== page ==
Whether you’re a party-goer or a party-thrower, these tips by society writer Shinan Govani will make you the star of any occasion this season
Don’t be a scrooge. Having covered the social beat for various media for eons, I’ve long found that being interesting and interested is the supreme elegance. Drawing on experiences from a lifetime of party-going, here, now, some tips and strategies for both guest and host.
A trick of the socialite trade is always sending a bouquet before a party. Belinda Stronach, the Canadian heiress, always remembers to do this. Accompanied by an “I’m so looking forward to it…” note, it not only shows thoughtfulness by freeing up the host from scurrying during the actual party, but also eliminates the need of sending a post-note.
When in doubt, Chicken Pot Pie
If it’s good enough for the Vanity Fair Oscar party, it’s good enough for you: the no-fuss, crowd-pleasing chicken pot pie. (The VF iteration, served annually at Hollywood’s glitziest party, is one inspired by a childhood dish of masthead head Graydon Carter). It also has the seated-meal seal-of-approval of a certain Vogue editor, as her private chef once blabbed: “It’s Anna Wintour’s favorite dish because it’s quick to serve and moves things right along… everything you need in there—vegetables and a meat for meat-eaters, in one course.” (Pssst… if it’s a sit-down dinner, never let the eating party go on longer than an hour and fifteen minutes. The pre-cocktail? A half-hour.)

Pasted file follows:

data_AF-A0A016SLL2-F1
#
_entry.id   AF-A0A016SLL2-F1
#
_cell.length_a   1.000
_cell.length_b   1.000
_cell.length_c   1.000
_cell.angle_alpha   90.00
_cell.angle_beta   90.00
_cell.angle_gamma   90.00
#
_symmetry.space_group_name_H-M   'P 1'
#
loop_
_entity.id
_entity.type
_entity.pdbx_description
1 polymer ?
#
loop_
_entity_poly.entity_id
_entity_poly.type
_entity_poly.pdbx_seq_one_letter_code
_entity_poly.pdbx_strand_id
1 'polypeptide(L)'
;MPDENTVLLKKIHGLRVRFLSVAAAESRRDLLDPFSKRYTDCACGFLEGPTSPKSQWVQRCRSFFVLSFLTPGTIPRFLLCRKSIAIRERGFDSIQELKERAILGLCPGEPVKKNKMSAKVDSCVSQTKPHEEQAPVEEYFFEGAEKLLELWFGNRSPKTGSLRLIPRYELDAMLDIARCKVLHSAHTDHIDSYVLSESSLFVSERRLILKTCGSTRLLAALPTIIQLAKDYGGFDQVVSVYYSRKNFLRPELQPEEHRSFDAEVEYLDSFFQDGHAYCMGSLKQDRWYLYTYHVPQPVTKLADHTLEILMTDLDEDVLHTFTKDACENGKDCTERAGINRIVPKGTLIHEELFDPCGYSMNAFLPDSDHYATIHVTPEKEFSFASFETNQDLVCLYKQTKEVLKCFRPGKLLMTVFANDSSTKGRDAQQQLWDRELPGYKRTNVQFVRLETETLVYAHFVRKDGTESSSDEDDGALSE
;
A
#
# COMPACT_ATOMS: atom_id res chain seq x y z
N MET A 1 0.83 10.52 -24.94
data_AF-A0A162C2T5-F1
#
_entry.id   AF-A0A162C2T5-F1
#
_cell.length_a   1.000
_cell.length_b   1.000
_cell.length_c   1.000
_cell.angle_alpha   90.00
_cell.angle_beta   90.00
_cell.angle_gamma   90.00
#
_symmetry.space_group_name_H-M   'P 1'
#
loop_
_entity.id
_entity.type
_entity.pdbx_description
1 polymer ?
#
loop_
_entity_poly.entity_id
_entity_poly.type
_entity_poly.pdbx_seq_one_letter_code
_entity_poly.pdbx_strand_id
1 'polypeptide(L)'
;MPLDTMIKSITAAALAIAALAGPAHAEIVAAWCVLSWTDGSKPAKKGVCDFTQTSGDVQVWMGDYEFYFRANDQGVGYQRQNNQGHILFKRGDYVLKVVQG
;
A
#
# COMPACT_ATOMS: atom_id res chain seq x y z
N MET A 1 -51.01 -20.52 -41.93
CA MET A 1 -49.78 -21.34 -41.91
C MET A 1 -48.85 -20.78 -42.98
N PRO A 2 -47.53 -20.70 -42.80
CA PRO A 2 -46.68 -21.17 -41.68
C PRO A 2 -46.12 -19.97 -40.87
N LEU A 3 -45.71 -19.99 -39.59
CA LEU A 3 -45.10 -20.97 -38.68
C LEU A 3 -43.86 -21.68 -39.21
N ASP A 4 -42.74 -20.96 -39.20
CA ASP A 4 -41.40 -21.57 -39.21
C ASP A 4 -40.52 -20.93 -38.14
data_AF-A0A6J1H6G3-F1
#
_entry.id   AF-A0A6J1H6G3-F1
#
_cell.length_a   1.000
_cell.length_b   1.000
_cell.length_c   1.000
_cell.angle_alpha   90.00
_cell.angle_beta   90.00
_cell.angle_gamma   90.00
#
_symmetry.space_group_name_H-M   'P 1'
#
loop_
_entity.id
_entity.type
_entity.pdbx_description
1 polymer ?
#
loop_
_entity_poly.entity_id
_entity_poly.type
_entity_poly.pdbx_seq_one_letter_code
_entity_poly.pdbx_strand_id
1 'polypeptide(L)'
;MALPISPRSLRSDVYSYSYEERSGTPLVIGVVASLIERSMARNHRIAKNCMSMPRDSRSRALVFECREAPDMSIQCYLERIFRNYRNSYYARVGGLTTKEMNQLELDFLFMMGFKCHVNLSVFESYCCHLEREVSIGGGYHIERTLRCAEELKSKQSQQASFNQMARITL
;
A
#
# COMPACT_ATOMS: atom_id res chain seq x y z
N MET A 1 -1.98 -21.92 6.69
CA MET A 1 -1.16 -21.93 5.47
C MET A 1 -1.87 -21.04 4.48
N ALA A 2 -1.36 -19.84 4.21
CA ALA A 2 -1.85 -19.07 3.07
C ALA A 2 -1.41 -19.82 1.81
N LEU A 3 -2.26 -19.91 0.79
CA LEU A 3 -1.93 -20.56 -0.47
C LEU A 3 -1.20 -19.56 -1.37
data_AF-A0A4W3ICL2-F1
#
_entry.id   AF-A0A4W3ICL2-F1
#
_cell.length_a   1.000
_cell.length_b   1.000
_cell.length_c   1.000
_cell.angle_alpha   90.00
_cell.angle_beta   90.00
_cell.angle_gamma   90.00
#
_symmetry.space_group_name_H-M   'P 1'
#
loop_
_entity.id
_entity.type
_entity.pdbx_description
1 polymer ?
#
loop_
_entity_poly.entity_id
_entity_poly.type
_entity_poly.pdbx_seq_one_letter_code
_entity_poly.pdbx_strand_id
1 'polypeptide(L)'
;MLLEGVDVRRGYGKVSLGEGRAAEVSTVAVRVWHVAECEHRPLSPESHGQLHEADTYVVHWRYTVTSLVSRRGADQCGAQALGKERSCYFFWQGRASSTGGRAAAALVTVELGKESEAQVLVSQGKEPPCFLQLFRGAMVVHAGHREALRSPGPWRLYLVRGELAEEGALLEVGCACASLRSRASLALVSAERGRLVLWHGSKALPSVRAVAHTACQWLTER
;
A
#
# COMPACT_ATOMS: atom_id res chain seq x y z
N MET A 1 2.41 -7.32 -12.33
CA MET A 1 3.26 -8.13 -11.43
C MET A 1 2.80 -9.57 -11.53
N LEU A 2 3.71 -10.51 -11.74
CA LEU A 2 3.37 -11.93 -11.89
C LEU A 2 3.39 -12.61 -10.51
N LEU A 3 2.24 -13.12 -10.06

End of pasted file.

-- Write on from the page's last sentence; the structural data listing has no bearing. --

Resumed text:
Create a Moment
A party, or dinner, is theatre, and when the host, you are the director. In this vein, try toasting your guests at some point during a soirée. Even a very simple “We’re so glad to have you all here!” should do it.
Couples at seated dinners? They should be separated so that they’re within eye-shot but not right beside because, as uber-Washington hostess Sally Quinn once told me, “I find that it saps the energy from the table when spouses are practically in each other’s laps.” Mix it up! The vogue for spousal security blankets—something I often see—can make us conversationally lazy. Social skills, like any other muscle, have to be exercised.
A good guest arrives ready to interact. And the best way to do this is to crib! Read the newspaper! Be up on stuff. Ask questions! Avoid talking about yourself, or your recent “awful flight.” Debbie Downers who go on about their travel woes is the new-century equivalent of holding people hostage with your children’s photos. One’s airport tales are generally only interesting if they’re your own.
As Tom Ford demonstrated at the party he threw in Toronto during TIFF, in September, re-casting the Gardiner Museum with a dark, all-black palette: black carpets! black walls! black napkins!—the ultimate coup d’état is a conga line of universally handsome servers, all in black suit, white shirt, and black tie. Hey, what’s not to like?
You can never have too much ice. Stock up!